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Nikolay Donets

Self-Generated In-Context Learning Explained

/ 2 min read

Traditional in-context learning for LLMs relies on carefully curated examples, but what if the model could generate its own demonstrations? An idea called Self-Generated In-Context Learning SG-ICL explores this possibility.

How SG-ICL solves the problem of traditional LLM task setting

Typically, when we use LLMs, we rely on a process called in-context learning. We feed the model examples to demonstrate the task we want it to do. These examples are critical – bad ones mean poor results. It can be a lot of work to find the right data, and you never know if what you choose will ultimately lead to the best outcome.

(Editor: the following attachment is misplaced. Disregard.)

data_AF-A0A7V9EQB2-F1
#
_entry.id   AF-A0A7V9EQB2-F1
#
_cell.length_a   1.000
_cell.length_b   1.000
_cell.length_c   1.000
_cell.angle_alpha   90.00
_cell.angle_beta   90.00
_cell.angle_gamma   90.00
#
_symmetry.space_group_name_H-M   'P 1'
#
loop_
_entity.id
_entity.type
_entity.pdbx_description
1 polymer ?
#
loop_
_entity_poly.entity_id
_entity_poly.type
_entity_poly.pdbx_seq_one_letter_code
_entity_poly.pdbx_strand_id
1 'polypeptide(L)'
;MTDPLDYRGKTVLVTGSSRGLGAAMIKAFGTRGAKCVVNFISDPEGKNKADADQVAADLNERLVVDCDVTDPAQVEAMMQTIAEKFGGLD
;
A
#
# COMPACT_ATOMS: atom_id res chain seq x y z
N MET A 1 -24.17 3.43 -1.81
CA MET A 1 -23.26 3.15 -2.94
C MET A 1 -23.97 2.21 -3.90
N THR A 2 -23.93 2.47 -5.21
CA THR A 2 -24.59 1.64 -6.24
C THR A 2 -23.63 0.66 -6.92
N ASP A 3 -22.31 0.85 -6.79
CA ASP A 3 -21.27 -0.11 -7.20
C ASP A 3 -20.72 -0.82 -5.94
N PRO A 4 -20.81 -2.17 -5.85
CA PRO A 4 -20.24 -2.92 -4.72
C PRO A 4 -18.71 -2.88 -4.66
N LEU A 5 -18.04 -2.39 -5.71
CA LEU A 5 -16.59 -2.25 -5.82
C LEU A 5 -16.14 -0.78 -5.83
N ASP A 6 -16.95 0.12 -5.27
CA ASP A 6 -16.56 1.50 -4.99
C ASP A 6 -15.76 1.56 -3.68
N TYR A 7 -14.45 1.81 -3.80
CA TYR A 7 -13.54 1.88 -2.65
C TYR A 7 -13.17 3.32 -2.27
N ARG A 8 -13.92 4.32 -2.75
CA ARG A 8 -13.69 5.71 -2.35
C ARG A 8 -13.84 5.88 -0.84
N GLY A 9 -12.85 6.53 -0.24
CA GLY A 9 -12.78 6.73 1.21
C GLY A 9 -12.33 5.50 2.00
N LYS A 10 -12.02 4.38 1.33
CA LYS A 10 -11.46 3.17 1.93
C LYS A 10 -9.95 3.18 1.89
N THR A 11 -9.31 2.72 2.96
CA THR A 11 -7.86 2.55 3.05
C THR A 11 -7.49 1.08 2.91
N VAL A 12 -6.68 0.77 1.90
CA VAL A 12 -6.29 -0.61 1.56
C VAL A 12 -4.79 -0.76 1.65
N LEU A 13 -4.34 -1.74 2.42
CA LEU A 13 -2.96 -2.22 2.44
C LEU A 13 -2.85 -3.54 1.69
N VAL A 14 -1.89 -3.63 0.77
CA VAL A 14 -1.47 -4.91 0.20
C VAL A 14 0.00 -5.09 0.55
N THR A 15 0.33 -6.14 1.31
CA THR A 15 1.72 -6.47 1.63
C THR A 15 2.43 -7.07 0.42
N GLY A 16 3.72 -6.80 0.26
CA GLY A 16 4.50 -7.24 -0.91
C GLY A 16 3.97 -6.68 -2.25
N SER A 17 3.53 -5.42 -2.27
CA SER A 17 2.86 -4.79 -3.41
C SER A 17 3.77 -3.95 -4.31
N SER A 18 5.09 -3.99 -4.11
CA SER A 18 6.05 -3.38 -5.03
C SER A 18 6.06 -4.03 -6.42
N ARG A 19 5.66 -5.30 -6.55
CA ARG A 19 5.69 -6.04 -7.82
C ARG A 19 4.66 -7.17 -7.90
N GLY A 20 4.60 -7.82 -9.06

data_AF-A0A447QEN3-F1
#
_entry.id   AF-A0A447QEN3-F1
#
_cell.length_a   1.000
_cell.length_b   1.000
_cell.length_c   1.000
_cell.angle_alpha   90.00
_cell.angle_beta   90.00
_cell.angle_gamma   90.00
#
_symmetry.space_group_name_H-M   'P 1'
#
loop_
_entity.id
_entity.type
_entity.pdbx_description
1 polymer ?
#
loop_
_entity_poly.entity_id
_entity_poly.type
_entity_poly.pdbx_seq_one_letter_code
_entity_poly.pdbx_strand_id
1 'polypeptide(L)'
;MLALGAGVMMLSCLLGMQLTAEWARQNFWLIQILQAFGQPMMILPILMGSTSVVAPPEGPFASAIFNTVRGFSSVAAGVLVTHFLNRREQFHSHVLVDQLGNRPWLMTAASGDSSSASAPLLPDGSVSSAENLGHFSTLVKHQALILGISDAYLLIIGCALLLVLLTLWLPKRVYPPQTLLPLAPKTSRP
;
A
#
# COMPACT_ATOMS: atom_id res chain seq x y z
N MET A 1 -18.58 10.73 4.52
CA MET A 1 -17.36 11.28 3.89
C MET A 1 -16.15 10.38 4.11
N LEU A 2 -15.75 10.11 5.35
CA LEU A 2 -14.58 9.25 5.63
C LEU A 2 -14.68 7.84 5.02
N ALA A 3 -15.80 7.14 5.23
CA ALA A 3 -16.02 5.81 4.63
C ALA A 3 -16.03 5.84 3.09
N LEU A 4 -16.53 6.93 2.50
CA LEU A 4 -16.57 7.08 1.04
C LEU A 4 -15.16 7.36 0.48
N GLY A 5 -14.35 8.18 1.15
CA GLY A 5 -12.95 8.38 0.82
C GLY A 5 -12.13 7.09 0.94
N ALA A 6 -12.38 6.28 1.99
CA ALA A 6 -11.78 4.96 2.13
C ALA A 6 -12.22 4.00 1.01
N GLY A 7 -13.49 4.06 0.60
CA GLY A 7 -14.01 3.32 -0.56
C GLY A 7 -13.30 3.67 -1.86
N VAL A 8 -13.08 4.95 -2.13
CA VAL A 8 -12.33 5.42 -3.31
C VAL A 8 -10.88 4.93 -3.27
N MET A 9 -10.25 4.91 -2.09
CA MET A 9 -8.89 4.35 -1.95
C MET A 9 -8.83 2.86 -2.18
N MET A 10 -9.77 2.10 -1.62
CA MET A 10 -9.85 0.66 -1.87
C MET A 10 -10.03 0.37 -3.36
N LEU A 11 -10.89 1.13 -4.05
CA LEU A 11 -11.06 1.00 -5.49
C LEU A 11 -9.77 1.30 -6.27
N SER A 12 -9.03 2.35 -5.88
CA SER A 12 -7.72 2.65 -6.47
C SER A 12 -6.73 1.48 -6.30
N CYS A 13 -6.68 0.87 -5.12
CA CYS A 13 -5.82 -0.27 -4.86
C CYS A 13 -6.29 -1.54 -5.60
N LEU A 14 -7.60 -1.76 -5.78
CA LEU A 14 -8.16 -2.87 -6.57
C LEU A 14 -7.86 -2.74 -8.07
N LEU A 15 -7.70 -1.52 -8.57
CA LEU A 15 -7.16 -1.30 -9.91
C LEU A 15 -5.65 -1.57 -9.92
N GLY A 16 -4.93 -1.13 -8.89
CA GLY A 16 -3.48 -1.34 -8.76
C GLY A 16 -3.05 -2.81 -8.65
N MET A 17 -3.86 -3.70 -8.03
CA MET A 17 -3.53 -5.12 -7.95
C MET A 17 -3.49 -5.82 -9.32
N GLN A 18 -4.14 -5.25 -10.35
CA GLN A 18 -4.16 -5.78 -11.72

Instead of looking for examples, SG-ICL prompts the LLM to create its own. Here’s how it works:

  1. Guided generation. We give the LLM a bit of context. We provide the specific task instructions and the kind of output we expect, basically telling it what it should write.
  2. LLM writes the examples. LLM generates text samples that fit the task.
  3. Learn from within. Self-generated examples go straight back into the context, removing the need for any external data.


  • Improved performance. Get better results without having to find or create additional training data.
  • Greater consistency. As the LLM creates the examples, performance becomes more consistent.

Could SG-ICL work for you?

This approach has great potential:

  • Custom solutions. Adapting language models for specific tasks.
  • Solve data scarcity issues. Particularly helpful when a large data set is not readily available.